"How many inches of snow does it take to make one inch of rain?" -- from Jesse Cox via Facebook
This is a great "Ask Tom Sherry" question because we'll hear about it all winter (provided this winter is just as snowy as last year).
In the most basic sense, think of it as a 10:1 ratio. According to Tom Sherry, "the average snow to liquid ratio is 10:1, meaning if 10 inches of snow fell and melted, it would produce 1 inch of water in the rain gauge."
But as well all know living in the Inland Northwest, there are many different types of snow that fall around here. Sometimes we get that wet, heavy snow that breaks your back when you have to shovel it from your driveway. Other times, it's the fluffy stuff that's great for skiing, but terrible for snowball-making.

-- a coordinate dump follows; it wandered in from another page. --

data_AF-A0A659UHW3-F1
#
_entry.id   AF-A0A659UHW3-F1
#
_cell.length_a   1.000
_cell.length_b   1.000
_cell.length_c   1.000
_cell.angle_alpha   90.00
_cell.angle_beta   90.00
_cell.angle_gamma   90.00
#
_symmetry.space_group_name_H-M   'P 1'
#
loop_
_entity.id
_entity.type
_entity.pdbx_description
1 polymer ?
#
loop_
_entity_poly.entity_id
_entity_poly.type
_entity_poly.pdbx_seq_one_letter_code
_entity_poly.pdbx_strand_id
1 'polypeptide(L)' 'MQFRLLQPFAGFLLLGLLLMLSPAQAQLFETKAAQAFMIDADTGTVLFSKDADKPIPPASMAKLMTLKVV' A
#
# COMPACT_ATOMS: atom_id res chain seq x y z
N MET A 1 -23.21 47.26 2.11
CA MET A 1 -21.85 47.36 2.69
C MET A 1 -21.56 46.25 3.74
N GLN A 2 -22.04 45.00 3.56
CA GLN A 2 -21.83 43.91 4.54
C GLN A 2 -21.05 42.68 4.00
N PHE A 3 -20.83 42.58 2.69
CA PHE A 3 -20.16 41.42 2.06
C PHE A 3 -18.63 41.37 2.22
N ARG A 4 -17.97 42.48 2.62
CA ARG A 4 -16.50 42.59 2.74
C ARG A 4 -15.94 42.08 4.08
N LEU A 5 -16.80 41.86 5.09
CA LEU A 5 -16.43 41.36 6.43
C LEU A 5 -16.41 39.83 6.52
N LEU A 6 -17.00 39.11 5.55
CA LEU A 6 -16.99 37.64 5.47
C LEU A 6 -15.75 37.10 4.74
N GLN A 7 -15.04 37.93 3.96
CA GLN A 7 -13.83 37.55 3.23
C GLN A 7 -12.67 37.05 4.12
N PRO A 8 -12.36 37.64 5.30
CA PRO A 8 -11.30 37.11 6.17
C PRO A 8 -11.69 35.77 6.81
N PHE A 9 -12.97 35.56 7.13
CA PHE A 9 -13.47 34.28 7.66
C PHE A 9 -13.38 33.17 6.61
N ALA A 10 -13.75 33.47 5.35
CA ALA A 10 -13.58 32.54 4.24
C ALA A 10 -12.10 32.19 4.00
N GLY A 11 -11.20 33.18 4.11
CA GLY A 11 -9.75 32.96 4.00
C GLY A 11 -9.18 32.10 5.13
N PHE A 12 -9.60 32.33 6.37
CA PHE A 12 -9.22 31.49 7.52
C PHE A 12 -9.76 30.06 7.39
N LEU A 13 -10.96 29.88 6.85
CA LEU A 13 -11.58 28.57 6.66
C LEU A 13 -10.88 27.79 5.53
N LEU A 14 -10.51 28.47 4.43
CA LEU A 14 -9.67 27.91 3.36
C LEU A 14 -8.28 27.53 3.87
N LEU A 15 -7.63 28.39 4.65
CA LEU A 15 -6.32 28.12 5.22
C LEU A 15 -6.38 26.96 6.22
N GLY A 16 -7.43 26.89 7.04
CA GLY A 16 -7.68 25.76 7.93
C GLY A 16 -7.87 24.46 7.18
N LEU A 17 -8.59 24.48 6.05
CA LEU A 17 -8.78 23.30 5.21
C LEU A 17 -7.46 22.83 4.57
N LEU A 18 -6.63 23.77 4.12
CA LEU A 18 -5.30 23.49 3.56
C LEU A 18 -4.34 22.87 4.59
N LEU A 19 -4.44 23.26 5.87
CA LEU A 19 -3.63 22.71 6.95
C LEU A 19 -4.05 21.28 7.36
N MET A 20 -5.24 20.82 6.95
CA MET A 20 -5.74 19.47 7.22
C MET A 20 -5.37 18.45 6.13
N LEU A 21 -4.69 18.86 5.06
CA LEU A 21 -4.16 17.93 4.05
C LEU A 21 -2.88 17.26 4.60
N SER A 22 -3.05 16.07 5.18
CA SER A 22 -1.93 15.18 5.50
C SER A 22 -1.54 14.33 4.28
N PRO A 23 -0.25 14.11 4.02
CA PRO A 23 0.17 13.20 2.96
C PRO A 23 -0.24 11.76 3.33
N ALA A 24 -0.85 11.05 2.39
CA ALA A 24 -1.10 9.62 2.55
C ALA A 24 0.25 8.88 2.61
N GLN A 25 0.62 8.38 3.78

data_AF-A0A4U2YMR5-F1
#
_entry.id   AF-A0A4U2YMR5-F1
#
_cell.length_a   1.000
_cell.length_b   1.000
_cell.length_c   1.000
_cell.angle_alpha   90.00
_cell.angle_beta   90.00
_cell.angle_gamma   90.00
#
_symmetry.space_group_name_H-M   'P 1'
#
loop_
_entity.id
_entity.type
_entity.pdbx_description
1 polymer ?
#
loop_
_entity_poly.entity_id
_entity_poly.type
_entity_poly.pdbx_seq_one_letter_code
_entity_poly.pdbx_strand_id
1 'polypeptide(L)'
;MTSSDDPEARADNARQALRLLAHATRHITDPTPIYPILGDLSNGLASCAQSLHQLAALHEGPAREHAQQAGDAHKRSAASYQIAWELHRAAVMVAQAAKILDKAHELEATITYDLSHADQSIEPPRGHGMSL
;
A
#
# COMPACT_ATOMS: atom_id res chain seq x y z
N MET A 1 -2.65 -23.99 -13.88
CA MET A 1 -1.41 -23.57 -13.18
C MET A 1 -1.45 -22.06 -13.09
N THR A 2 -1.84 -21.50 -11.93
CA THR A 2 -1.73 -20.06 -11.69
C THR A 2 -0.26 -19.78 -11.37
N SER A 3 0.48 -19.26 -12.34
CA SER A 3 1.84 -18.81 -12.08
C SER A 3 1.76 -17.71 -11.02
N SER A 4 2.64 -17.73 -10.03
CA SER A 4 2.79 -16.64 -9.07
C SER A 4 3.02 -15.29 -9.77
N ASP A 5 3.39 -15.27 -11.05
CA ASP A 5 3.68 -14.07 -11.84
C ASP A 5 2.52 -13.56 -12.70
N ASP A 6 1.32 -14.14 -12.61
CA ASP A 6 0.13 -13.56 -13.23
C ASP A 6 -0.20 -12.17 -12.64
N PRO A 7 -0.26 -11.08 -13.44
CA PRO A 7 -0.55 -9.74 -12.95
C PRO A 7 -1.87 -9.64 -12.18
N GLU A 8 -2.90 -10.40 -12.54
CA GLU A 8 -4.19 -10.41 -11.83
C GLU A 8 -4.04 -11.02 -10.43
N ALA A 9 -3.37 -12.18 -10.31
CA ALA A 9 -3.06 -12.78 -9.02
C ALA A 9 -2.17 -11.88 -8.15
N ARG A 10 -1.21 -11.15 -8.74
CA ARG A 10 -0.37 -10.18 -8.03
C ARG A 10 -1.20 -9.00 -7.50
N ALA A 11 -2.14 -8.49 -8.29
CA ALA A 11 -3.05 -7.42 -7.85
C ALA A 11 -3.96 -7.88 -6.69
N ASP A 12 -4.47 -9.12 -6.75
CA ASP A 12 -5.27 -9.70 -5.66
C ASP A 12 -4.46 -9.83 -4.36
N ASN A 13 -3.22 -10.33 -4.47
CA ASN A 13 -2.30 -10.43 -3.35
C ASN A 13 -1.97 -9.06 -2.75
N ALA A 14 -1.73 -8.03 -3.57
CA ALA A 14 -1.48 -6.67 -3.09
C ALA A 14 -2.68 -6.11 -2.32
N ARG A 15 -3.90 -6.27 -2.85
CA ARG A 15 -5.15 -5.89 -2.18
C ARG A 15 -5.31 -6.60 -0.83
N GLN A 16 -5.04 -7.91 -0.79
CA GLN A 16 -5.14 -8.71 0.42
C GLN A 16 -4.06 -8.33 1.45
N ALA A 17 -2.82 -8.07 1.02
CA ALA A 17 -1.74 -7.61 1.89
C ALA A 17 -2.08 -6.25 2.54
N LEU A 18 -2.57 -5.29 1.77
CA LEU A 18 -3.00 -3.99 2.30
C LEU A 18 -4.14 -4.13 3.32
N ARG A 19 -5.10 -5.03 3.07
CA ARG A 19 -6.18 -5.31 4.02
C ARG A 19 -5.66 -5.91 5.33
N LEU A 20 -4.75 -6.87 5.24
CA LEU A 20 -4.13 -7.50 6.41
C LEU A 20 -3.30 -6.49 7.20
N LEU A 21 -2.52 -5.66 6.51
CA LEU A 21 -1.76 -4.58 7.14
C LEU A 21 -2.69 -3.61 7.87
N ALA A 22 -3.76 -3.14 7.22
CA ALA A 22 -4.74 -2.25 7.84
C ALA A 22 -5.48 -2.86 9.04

It's when the light snow starts to fall that the ratio gets bigger. Tom says, "sometimes during a very cold, dry snowfall the snow to liquid ratio can be 20:1 and even as high as 30:1, meaning 30 inches of snow for 1 inch of water."
So, it varies constantly (making Tom's job tougher). He says, "accurately forecasting snowfall amounts is extremely difficult when based only on computer models and when the storm is still offshore. The best way to forecast snowfall amounts is to wait for the snow to begin falling. This combined with radar, satellite imagery, computer models and ground-based observations provide the most accurate forecast for snowfall totals."